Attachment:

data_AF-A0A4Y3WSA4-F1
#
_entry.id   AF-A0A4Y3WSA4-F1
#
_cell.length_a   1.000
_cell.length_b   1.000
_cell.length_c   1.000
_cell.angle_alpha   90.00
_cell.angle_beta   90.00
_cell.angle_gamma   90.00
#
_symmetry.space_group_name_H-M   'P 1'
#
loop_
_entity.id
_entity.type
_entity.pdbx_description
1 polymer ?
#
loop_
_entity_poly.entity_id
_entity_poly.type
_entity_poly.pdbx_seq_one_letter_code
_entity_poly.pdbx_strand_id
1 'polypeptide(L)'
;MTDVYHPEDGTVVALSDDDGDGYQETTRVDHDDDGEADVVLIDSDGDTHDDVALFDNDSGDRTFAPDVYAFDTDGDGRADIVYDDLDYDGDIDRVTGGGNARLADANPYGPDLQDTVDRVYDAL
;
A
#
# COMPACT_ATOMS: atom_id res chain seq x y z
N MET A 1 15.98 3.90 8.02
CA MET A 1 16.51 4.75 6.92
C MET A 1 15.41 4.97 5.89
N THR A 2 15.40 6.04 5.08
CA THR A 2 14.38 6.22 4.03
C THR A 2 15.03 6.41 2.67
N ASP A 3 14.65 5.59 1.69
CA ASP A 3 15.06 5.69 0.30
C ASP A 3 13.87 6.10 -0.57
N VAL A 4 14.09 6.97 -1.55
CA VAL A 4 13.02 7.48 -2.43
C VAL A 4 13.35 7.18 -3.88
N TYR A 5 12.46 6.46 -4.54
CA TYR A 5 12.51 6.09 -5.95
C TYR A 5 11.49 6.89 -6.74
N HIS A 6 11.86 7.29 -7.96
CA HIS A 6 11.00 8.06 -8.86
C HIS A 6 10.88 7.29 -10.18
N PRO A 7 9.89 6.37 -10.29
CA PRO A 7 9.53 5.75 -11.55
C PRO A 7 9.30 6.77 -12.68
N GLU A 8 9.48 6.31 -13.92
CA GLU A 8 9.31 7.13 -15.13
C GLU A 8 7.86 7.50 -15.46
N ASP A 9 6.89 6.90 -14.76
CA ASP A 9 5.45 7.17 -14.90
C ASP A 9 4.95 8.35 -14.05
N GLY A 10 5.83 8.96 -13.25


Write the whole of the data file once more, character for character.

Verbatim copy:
data_AF-A0A4Y3WSA4-F1
#
_entry.id   AF-A0A4Y3WSA4-F1
#
_cell.length_a   1.000
_cell.length_b   1.000
_cell.length_c   1.000
_cell.angle_alpha   90.00
_cell.angle_beta   90.00
_cell.angle_gamma   90.00
#
_symmetry.space_group_name_H-M   'P 1'
#
loop_
_entity.id
_entity.type
_entity.pdbx_description
1 polymer ?
#
loop_
_entity_poly.entity_id
_entity_poly.type
_entity_poly.pdbx_seq_one_letter_code
_entity_poly.pdbx_strand_id
1 'polypeptide(L)'
;MTDVYHPEDGTVVALSDDDGDGYQETTRVDHDDDGEADVVLIDSDGDTHDDVALFDNDSGDRTFAPDVYAFDTDGDGRADIVYDDLDYDGDIDRVTGGGNARLADANPYGPDLQDTVDRVYDAL
;
A
#
# COMPACT_ATOMS: atom_id res chain seq x y z
N MET A 1 15.98 3.90 8.02
CA MET A 1 16.51 4.75 6.92
C MET A 1 15.41 4.97 5.89
N THR A 2 15.40 6.04 5.08
CA THR A 2 14.38 6.22 4.03
C THR A 2 15.03 6.41 2.67
N ASP A 3 14.65 5.59 1.69
CA ASP A 3 15.06 5.69 0.30
C ASP A 3 13.87 6.10 -0.57
N VAL A 4 14.09 6.97 -1.55
CA VAL A 4 13.02 7.48 -2.43
C VAL A 4 13.35 7.18 -3.88
N TYR A 5 12.46 6.46 -4.54
CA TYR A 5 12.51 6.09 -5.95
C TYR A 5 11.49 6.89 -6.74
N HIS A 6 11.86 7.29 -7.96
CA HIS A 6 11.00 8.06 -8.86
C HIS A 6 10.88 7.29 -10.18
N PRO A 7 9.89 6.37 -10.29
CA PRO A 7 9.53 5.75 -11.55
C PRO A 7 9.30 6.77 -12.68
N GLU A 8 9.48 6.31 -13.92
CA GLU A 8 9.31 7.13 -15.13
C GLU A 8 7.86 7.50 -15.46
N ASP A 9 6.89 6.90 -14.76
CA ASP A 9 5.45 7.17 -14.90
C ASP A 9 4.95 8.35 -14.05
N GLY A 10 5.83 8.96 -13.25